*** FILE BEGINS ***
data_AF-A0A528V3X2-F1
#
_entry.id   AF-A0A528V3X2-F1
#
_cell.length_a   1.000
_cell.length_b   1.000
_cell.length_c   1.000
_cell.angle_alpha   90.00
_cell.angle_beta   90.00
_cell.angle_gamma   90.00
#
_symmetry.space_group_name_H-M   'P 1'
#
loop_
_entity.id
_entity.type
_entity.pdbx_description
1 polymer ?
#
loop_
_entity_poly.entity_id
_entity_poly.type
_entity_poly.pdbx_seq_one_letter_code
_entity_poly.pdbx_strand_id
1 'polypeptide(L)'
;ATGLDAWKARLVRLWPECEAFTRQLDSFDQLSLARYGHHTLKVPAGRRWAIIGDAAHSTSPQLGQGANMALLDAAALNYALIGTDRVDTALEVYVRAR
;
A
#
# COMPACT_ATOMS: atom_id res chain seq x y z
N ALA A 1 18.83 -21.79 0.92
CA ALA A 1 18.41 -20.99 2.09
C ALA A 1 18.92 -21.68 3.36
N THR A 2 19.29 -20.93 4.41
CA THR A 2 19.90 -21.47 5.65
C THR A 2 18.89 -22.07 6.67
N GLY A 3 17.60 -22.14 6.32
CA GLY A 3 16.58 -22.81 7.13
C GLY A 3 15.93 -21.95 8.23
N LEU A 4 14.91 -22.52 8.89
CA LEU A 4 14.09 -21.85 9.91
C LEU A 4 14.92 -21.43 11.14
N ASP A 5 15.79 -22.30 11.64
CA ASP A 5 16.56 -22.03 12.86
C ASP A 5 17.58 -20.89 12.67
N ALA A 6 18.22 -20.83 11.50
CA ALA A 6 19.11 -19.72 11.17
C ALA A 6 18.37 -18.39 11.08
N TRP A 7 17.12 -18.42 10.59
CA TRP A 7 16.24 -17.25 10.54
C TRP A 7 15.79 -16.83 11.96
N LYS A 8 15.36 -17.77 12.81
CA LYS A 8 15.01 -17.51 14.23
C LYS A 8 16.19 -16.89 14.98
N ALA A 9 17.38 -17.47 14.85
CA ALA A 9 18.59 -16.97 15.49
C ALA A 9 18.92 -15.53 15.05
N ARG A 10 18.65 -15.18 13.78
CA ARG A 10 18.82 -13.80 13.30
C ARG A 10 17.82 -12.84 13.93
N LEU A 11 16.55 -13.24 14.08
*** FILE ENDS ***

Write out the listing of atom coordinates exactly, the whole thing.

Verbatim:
data_AF-A0A528V3X2-F1
#
_entry.id   AF-A0A528V3X2-F1
#
_cell.length_a   1.000
_cell.length_b   1.000
_cell.length_c   1.000
_cell.angle_alpha   90.00
_cell.angle_beta   90.00
_cell.angle_gamma   90.00
#
_symmetry.space_group_name_H-M   'P 1'
#
loop_
_entity.id
_entity.type
_entity.pdbx_description
1 polymer ?
#
loop_
_entity_poly.entity_id
_entity_poly.type
_entity_poly.pdbx_seq_one_letter_code
_entity_poly.pdbx_strand_id
1 'polypeptide(L)'
;ATGLDAWKARLVRLWPECEAFTRQLDSFDQLSLARYGHHTLKVPAGRRWAIIGDAAHSTSPQLGQGANMALLDAAALNYALIGTDRVDTALEVYVRAR
;
A
#
# COMPACT_ATOMS: atom_id res chain seq x y z
N ALA A 1 18.83 -21.79 0.92
CA ALA A 1 18.41 -20.99 2.09
C ALA A 1 18.92 -21.68 3.36
N THR A 2 19.29 -20.93 4.41
CA THR A 2 19.90 -21.47 5.65
C THR A 2 18.89 -22.07 6.67
N GLY A 3 17.60 -22.14 6.32
CA GLY A 3 16.58 -22.81 7.13
C GLY A 3 15.93 -21.95 8.23
N LEU A 4 14.91 -22.52 8.89
CA LEU A 4 14.09 -21.85 9.91
C LEU A 4 14.92 -21.43 11.14
N ASP A 5 15.79 -22.30 11.64
CA ASP A 5 16.56 -22.03 12.86
C ASP A 5 17.58 -20.89 12.67
N ALA A 6 18.22 -20.83 11.50
CA ALA A 6 19.11 -19.72 11.17
C ALA A 6 18.37 -18.39 11.08
N TRP A 7 17.12 -18.42 10.59
CA TRP A 7 16.24 -17.25 10.54
C TRP A 7 15.79 -16.83 11.96
N LYS A 8 15.36 -17.77 12.81
CA LYS A 8 15.01 -17.51 14.23
C LYS A 8 16.19 -16.89 14.98
N ALA A 9 17.38 -17.47 14.85
CA ALA A 9 18.59 -16.97 15.49
C ALA A 9 18.92 -15.53 15.05
N ARG A 10 18.65 -15.18 13.78
CA ARG A 10 18.82 -13.80 13.30
C ARG A 10 17.82 -12.84 13.93
N LEU A 11 16.55 -13.24 14.08